This Weekend's Top Five Events

July 17, 18 & 19


Welcome to the weekend! Please choose one or more options presented below, follow directions, and enjoy. 

The Coup.
  • The Coup.
The Coup
Musicians invoke radical politics all of the time, as lyrical fodder, sartorial advice, and general aesthetic direction. Who can blame them? Observe the Red Army Faction’s indelible iconography, the black bloc’s sleek garb, Pussy Riot’s very pop neon balaclavas — all highly chic. And yet, musicians such as The Coup’s Boots Riley couple radical posturing with activism’s less sexy elements, such as conferences and panels and the tedious parts of political organizing that The Clash didn’t sing about. To wit, Riley’s upcoming book, Tell Homeland Security — We Are the Bomb, brings his lyrics — the slang-riddled calls-to-arms, political takedowns, and social parables — together with cool and collected analysis. On Friday at the New Parish (579 18th St., Oakland), The Coup is set to merge swagger and righteous indignation with enough style to keep the revolution fashionable.— Sam Lefebvre
Fri., July 17, 9 p.m. $20, $25.
  • Cam'ron.

Harlem rapper and de facto Dipset leader, Cam'ron issued a nearly unparalleled run of albums between 2000–2004. His second solo album, S.D.E. (Sports, Drugs, and Entertainments), opens with one of the most memorable minute-long dis streaks around, capped by Killa Cam bickering with a couple of women — a good indicator of the unrepentant pugnacity throughout. Come Home with Me, which appeared two years later, stormed the singles chart with sparkly narratives of sexual conquest and city block dominance in “Hey Ma” and “Oh Boy,” while the Jay-Z-featuring cut “Welcome to New York City” balanced Cam’ron’s newfound pop proficiency with boisterous regionalism. But Cam’ron’s legacy solidified with his next record, Purple Haze, for which the MC perhaps unwittingly appealed to nascent internet audiences by doing up his loud and flamboyant imagery and outfits. Purple Haze 2, slated for release sometime this year, is said to be Cam’ron’s swan song, making his 1015 Folsom (1015 Folsom St., San Francisco) appearance a potential farewell.— S. L.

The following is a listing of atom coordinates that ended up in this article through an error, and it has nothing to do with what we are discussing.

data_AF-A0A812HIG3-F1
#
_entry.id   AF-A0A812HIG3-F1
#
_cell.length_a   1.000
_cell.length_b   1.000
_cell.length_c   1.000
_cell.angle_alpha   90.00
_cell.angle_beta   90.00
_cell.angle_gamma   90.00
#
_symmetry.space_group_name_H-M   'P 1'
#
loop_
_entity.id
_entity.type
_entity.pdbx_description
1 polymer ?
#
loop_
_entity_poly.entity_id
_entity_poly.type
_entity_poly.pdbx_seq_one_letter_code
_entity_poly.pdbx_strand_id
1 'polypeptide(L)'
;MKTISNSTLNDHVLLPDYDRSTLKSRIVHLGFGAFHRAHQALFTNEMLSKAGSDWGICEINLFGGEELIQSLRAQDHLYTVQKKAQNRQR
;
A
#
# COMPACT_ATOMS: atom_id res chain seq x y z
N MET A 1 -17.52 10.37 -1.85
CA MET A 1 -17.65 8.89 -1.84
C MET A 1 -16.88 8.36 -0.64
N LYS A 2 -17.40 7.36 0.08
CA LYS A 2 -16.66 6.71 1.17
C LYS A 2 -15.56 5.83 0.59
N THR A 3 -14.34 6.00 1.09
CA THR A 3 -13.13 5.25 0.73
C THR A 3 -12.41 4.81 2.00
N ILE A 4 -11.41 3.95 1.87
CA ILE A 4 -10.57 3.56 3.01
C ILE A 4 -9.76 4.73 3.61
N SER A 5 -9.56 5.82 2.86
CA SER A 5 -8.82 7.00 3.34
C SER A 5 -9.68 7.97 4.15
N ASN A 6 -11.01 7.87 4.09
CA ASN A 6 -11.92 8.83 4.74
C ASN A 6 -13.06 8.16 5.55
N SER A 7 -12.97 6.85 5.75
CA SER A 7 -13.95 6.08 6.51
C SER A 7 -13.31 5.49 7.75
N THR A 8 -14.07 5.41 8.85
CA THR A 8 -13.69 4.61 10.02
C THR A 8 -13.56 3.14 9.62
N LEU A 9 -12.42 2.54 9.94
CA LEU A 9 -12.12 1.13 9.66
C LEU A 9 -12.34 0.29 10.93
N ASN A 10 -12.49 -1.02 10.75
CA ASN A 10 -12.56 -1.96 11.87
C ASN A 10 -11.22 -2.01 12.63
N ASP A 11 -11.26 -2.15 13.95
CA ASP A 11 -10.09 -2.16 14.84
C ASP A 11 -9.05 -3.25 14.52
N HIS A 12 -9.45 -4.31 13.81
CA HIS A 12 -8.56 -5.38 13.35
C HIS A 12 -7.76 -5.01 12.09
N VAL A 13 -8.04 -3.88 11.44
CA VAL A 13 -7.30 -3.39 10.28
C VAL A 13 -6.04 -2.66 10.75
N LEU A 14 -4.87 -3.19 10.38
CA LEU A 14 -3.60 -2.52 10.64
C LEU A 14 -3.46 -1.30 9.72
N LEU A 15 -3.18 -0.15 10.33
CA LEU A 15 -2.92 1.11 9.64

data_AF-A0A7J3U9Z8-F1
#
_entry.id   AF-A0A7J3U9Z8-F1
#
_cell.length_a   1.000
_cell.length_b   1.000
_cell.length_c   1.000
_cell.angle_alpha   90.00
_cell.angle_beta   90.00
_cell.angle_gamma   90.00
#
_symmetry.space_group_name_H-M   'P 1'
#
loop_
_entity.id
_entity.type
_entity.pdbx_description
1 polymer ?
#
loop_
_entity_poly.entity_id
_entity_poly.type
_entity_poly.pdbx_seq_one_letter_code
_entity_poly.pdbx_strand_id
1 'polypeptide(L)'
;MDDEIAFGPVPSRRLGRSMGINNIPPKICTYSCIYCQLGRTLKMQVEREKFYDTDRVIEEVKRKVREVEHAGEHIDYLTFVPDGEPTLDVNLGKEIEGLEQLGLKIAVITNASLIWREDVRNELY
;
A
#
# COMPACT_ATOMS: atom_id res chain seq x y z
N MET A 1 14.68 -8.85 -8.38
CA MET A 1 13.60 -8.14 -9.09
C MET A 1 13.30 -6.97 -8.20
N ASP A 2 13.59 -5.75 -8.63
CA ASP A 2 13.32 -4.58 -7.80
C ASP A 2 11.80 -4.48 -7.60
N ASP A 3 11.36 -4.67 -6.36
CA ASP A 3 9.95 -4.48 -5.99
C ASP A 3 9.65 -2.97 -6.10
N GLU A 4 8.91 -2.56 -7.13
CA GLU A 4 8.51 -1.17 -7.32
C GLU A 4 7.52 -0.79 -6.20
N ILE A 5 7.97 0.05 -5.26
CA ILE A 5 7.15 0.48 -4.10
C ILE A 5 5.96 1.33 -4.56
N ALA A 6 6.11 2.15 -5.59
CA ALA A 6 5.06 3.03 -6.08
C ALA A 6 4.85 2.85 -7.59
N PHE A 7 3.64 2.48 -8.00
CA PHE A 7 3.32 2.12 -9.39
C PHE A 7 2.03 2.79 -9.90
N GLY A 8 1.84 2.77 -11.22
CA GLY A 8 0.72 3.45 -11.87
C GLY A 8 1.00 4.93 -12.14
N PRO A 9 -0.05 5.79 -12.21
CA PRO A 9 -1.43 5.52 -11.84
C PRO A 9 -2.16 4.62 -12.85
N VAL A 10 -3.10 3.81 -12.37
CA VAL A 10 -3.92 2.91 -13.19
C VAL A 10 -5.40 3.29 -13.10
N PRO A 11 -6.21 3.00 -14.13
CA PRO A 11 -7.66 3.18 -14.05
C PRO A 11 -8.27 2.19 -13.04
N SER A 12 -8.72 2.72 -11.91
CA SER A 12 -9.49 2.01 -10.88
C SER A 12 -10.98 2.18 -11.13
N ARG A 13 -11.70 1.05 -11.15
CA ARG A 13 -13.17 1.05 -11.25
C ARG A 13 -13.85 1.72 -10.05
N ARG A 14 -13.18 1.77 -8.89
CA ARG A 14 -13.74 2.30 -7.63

Fri., July 17, 10 p.m. $20-$95.

Aisha Fukushima.
  • Aisha Fukushima.
Beyond Dreams
In a multicultural place like the East Bay, immigrant experiences are extremely varied and don’t necessarily fall in line with the clichéd narrative of chasing the American dream. For its Immigrant Dreams series, La Peña Cultural Center (3105 Shattuck Ave., Berkeley) gives the floor to artists of diverse backgrounds who use hip-hop, poetry, and performance art to address their personal experiences and uplift their communities. The latest installment in the event series is Beyond Dreams, a speaker panel and performance showcase hosted by Davey D, an Oakland radio personality, journalist, and hip-hop scholar who has been an active supporter of the genre since the late Seventies. The participating artists include Aisha Fukushima, a musician who travels internationally with her RAPtivism project; Rebel Diaz, a bilingual hip-hop duo that made their debut at an immigrant rights march in New York City; Paul Flores, a poet, playwright, and co-founder of spoken word organization Youth Speaks; and Jasiri X a rapper, educator, and speaker.— Nastia Voynovskaya